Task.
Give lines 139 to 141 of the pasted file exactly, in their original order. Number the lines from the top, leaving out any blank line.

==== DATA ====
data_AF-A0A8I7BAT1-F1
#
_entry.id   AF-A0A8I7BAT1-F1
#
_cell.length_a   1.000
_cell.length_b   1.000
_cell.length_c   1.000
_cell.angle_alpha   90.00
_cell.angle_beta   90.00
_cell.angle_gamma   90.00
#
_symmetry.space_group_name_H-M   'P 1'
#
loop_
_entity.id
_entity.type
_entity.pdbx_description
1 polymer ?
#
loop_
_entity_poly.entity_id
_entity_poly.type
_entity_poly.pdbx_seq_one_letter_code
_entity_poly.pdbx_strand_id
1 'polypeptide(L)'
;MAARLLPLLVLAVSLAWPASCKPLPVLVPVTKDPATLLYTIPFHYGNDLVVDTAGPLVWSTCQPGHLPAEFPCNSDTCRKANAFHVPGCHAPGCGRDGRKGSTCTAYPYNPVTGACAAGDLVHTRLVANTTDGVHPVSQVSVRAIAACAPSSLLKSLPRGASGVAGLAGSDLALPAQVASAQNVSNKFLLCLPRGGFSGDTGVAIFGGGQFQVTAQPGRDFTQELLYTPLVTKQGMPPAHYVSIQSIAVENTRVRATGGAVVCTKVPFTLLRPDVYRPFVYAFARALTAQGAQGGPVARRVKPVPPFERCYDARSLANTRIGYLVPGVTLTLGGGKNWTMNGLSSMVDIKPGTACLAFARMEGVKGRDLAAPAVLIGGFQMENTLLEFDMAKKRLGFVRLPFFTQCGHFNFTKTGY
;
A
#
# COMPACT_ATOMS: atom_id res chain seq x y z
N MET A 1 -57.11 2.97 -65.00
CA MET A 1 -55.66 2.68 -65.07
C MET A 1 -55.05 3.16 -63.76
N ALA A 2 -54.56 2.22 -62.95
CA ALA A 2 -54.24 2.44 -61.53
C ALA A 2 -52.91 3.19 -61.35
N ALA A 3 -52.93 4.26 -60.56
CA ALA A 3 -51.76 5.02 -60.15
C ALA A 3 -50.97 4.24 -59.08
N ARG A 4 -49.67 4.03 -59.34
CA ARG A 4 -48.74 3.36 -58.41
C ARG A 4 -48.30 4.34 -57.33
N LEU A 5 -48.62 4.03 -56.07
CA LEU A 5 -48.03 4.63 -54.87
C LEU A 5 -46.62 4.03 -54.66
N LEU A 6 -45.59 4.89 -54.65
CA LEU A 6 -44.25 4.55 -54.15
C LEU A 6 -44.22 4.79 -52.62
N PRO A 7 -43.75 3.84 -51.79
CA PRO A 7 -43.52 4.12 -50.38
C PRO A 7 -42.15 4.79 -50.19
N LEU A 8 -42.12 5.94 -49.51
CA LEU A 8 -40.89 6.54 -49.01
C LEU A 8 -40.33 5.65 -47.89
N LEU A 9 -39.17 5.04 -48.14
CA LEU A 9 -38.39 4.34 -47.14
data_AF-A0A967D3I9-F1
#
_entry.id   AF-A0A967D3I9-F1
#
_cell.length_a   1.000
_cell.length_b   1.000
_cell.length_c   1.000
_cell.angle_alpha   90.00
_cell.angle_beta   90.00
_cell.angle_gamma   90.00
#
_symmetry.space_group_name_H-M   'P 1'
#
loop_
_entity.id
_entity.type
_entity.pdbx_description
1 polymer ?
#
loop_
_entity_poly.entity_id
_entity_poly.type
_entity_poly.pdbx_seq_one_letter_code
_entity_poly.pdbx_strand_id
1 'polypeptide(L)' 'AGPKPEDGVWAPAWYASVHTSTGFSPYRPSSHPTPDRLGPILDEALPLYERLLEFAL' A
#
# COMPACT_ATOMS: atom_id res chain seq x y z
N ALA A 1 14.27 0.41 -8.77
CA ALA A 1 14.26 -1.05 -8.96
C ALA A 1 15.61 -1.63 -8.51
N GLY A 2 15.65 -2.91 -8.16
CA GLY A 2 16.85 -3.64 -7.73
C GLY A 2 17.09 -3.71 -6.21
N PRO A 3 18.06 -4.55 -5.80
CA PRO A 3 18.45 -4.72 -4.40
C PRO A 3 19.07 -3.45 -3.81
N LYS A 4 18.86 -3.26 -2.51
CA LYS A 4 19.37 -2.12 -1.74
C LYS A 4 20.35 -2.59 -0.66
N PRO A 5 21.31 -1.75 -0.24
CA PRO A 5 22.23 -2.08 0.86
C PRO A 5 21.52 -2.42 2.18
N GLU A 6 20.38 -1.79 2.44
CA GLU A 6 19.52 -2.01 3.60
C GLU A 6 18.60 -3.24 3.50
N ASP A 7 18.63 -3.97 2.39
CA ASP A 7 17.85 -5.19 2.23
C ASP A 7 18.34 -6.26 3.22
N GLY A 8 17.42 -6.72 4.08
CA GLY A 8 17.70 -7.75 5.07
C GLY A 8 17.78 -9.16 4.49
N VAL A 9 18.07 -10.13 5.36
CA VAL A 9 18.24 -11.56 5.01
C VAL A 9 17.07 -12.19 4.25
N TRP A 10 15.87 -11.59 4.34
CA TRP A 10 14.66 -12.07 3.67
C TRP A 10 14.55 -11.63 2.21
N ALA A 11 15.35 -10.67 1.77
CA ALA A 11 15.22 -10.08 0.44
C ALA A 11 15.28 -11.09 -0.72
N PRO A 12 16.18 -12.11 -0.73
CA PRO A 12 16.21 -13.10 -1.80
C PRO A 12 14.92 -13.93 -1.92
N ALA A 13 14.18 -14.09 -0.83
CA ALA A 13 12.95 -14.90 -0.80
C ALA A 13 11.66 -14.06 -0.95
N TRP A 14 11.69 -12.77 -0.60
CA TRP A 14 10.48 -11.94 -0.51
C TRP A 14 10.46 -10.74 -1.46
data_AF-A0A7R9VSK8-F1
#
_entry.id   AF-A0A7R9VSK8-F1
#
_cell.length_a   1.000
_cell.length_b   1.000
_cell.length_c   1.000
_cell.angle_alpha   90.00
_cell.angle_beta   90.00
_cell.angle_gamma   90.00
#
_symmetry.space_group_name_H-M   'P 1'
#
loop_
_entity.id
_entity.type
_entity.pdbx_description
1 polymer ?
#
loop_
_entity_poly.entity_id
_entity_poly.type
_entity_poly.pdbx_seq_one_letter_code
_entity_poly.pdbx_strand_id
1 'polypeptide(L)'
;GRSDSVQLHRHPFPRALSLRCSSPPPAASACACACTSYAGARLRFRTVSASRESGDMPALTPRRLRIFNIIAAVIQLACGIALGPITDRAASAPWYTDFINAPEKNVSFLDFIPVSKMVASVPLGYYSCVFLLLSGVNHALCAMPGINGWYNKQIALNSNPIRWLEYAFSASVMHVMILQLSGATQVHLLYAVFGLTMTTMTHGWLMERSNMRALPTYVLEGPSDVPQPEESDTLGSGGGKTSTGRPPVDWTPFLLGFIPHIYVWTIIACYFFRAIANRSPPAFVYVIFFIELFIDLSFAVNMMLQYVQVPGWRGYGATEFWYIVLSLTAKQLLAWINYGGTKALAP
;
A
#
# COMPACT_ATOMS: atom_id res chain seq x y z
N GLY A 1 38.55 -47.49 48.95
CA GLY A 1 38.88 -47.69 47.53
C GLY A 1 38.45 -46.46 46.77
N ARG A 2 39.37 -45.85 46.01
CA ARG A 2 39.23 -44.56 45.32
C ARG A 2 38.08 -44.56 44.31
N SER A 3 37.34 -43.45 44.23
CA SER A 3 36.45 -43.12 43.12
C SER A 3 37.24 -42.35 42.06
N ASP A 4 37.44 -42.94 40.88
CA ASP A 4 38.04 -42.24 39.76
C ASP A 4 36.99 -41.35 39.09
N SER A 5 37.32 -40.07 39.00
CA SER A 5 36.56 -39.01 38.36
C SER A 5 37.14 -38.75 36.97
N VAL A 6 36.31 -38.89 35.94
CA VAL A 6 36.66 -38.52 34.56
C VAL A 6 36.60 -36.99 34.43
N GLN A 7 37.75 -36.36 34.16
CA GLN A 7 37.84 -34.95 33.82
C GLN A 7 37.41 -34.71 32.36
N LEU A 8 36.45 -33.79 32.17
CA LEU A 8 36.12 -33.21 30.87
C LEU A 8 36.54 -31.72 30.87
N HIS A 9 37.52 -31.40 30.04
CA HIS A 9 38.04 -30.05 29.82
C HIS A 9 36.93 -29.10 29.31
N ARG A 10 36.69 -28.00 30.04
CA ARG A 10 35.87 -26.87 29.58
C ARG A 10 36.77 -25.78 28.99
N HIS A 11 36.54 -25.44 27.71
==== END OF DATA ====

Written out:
loop_
_entity.id
_entity.type